Finding Your Center

Originally posted August 20, 2011

When my clients are at the end of their rope and looking for direction they often ask me to recommend a book. I usually hesitate since most of us are hoping for easy answers to complex questions when our backs are up against the wall. Yet when the questions are spiritual and suffering is the issue I often send them to “Everything Belongs.” In my opinion this book by Richard Rohr should be subtitled an introduction to adult faith and suffering. It’s a wonderful primer for Christians who grew up believing that if they lead a faithful life God will protect them from bad things. Although most of us would be embarrassed to admit this was our paradigm, our security blanket, it’s often what we cling to until life as we know it stops working. For most of us this happens around mid-life.

Rohr begins his book with, “We are a circumference people, with little access to the center. We live on the boundaries of our own lives confusing edges with essence, claiming the superficial as substance. Perhaps the greatest sin of our time is superficiality.” I couldn’t agree with him more.

We are unprepared for life when it smacks us in the face. We really thought we would be different from the rest. We superficially thought we could escape suffering if we adopted the status quo and kept our heads down. As a result we are not acquainted with our Center. We don’t know who we are separate from what others expect of us and we believe that God is out there controlling the universe. The last time I checked the world is too evil and in too much pain for me to believe that he’s in control of everything. But I do believe God is at our Center. Our churches have taught us what to “believe” and how to live moral lives. But they have seldom taught us how to pray. The only way I see people connect with their Center is through prayer, love, or suffering. When you don’t know how to pray and the family you grew up in didn’t love you very well you are left with suffering as your teacher.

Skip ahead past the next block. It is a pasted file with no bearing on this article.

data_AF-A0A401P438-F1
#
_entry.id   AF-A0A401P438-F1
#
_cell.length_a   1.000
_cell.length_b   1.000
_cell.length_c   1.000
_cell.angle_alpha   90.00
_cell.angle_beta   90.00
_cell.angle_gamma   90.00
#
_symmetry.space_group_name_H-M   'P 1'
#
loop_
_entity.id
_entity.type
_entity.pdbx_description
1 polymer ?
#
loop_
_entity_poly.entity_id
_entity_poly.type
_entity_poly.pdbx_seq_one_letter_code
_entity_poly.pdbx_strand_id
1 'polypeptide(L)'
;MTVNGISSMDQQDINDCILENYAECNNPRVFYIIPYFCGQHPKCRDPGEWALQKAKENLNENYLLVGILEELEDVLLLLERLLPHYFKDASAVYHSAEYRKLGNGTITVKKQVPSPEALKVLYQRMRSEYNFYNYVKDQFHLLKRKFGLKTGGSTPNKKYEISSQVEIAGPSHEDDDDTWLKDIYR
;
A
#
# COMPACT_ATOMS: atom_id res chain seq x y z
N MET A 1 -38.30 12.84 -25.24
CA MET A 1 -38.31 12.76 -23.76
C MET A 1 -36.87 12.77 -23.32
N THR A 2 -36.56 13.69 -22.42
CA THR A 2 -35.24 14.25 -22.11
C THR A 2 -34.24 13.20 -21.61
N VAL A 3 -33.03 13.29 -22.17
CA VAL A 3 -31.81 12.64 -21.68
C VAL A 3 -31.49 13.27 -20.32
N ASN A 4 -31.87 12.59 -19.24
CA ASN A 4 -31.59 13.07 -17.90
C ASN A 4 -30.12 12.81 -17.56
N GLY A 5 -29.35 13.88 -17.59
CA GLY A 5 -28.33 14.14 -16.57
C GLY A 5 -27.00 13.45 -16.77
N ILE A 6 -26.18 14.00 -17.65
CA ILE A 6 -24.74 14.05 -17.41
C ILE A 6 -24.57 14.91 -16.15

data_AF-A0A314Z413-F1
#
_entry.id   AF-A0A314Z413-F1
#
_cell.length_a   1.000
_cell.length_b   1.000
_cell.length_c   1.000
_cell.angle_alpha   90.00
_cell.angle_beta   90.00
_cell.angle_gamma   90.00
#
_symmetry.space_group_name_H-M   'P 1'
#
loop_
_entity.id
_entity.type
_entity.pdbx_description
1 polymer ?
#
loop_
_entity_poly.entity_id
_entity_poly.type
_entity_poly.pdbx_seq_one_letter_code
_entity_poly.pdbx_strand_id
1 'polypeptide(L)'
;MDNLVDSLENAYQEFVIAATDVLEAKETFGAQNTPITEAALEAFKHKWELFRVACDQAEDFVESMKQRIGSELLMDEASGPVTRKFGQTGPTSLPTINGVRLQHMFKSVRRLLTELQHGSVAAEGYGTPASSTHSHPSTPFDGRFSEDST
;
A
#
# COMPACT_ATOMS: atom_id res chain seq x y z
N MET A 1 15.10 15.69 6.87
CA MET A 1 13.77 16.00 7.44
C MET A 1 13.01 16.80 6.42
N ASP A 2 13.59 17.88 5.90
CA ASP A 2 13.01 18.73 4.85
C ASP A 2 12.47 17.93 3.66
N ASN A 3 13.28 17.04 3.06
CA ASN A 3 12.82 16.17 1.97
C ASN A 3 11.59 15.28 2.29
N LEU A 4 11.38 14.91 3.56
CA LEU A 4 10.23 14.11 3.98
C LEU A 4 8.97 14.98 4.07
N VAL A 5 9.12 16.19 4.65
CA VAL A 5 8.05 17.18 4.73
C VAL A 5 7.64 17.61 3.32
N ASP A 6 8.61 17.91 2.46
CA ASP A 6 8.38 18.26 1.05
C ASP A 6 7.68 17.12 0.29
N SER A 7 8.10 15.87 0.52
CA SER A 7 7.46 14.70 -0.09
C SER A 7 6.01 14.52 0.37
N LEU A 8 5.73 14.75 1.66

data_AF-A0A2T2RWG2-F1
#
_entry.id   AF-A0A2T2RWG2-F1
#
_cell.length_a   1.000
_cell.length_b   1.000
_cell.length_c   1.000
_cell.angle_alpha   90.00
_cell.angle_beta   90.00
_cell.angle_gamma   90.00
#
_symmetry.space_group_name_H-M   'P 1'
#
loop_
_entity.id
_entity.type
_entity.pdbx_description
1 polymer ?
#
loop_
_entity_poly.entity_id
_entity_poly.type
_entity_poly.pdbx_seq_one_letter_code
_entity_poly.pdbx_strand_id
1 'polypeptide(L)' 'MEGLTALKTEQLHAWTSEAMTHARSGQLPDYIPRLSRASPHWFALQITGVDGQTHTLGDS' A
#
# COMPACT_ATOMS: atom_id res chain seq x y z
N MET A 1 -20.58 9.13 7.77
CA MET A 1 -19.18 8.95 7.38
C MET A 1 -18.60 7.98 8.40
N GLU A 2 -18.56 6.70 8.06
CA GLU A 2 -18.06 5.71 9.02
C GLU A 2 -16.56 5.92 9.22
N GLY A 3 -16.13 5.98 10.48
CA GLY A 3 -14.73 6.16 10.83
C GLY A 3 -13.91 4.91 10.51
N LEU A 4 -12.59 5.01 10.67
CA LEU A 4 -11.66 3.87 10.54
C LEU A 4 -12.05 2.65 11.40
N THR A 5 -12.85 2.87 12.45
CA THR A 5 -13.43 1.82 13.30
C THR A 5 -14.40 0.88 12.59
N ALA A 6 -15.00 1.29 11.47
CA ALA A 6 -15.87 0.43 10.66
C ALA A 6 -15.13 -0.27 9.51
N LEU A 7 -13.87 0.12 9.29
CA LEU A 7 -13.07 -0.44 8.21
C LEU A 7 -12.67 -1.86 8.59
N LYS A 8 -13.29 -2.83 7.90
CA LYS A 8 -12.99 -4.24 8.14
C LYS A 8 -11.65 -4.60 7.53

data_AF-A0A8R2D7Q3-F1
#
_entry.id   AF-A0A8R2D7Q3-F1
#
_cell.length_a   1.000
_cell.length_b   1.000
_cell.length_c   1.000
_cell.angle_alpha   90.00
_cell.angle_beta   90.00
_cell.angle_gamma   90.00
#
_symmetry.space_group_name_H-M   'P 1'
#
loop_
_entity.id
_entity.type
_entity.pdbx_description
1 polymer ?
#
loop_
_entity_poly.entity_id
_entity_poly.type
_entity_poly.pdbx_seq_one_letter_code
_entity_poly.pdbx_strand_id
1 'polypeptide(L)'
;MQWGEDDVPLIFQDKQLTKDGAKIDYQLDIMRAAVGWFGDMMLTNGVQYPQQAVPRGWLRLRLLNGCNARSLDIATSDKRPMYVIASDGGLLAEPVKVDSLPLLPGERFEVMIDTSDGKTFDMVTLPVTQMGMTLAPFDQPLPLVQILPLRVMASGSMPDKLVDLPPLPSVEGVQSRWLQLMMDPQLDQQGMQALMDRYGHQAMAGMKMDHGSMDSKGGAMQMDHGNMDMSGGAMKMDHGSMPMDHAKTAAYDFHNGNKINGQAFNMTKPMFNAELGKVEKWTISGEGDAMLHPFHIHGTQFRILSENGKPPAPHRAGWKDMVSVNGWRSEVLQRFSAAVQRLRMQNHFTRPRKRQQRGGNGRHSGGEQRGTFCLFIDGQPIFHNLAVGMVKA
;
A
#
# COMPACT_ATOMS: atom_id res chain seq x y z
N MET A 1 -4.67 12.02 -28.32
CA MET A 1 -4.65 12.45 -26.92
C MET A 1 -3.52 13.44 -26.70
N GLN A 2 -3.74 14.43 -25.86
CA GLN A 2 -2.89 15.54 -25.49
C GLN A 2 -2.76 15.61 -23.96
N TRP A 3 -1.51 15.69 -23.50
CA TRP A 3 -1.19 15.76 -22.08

What if we had the courage to listen to what wisdom teachers have to share about life and suffering? Rather than forgetting to read the part in the Gospels where Jesus says to “live for today because tomorrow has enough problems of it’s own.” We are too “Christian” to benefit from Buddhist teaching that always begins with life is suffering. We shy away from books like “The Road Less Traveled” because Peck’s first words are “life is difficult.”

Now is the time to prepare yourself for suffering. The best way is by finding your Center. Few of us were taught how to do this so you are not alone. Take some time to walk in nature. Find the time to sit with a journal and honestly write about how you “feel” about your life. Take a yoga class and listen to what your body is telling you. Find a therapist and heal the wounds of your past that keep you from befriending your Center. Most of the world lives on the edges with little access to the Center. Choose to live your life differently. Be prepared!